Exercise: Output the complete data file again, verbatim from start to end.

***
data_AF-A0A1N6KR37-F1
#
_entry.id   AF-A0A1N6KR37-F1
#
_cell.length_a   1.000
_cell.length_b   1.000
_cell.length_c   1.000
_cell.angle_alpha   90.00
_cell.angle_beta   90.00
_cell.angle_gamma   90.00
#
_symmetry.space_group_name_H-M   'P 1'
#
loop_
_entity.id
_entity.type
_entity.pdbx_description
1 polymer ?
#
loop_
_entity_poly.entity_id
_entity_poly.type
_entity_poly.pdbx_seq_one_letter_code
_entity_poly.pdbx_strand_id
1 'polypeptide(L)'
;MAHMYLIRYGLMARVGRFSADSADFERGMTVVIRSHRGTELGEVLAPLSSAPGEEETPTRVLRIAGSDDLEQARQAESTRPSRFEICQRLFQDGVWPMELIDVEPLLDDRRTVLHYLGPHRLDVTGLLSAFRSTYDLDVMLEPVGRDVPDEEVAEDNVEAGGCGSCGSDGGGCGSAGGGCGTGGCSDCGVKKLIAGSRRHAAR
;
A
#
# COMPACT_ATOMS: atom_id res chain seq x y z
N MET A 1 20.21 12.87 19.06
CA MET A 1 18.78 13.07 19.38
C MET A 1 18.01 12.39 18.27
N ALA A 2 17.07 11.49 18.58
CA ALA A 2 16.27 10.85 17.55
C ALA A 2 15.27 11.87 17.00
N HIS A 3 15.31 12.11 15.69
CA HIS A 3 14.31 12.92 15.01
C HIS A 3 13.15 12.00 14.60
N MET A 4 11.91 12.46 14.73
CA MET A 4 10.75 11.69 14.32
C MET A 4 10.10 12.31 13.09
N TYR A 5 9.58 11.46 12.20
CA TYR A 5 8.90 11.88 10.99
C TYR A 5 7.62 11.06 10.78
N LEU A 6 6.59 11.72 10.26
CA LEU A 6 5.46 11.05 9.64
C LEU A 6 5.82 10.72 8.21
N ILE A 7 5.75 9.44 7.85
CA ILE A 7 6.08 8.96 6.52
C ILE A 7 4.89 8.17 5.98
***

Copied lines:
data_AF-A0A1N6KR37-F1
#
_entry.id   AF-A0A1N6KR37-F1
#
_cell.length_a   1.000
_cell.length_b   1.000
_cell.length_c   1.000
_cell.angle_alpha   90.00
_cell.angle_beta   90.00
_cell.angle_gamma   90.00
#
_symmetry.space_group_name_H-M   'P 1'
#
loop_
_entity.id
_entity.type
_entity.pdbx_description
1 polymer ?
#
loop_
_entity_poly.entity_id
_entity_poly.type
_entity_poly.pdbx_seq_one_letter_code
_entity_poly.pdbx_strand_id
1 'polypeptide(L)'
;MAHMYLIRYGLMARVGRFSADSADFERGMTVVIRSHRGTELGEVLAPLSSAPGEEETPTRVLRIAGSDDLEQARQAESTRPSRFEICQRLFQDGVWPMELIDVEPLLDDRRTVLHYLGPHRLDVTGLLSAFRSTYDLDVMLEPVGRDVPDEEVAEDNVEAGGCGSCGSDGGGCGSAGGGCGTGGCSDCGVKKLIAGSRRHAAR
;
A
#
# COMPACT_ATOMS: atom_id res chain seq x y z
N MET A 1 20.21 12.87 19.06
CA MET A 1 18.78 13.07 19.38
C MET A 1 18.01 12.39 18.27
N ALA A 2 17.07 11.49 18.58
CA ALA A 2 16.27 10.85 17.55
C ALA A 2 15.27 11.87 17.00
N HIS A 3 15.31 12.11 15.69
CA HIS A 3 14.31 12.92 15.01
C HIS A 3 13.15 12.00 14.60
N MET A 4 11.91 12.46 14.73
CA MET A 4 10.75 11.69 14.32
C MET A 4 10.10 12.31 13.09
N TYR A 5 9.58 11.46 12.20
CA TYR A 5 8.90 11.88 10.99
C TYR A 5 7.62 11.06 10.78
N LEU A 6 6.59 11.72 10.26
CA LEU A 6 5.46 11.05 9.64
C LEU A 6 5.82 10.72 8.21
N ILE A 7 5.75 9.44 7.85
CA ILE A 7 6.08 8.96 6.52
C ILE A 7 4.89 8.17 5.98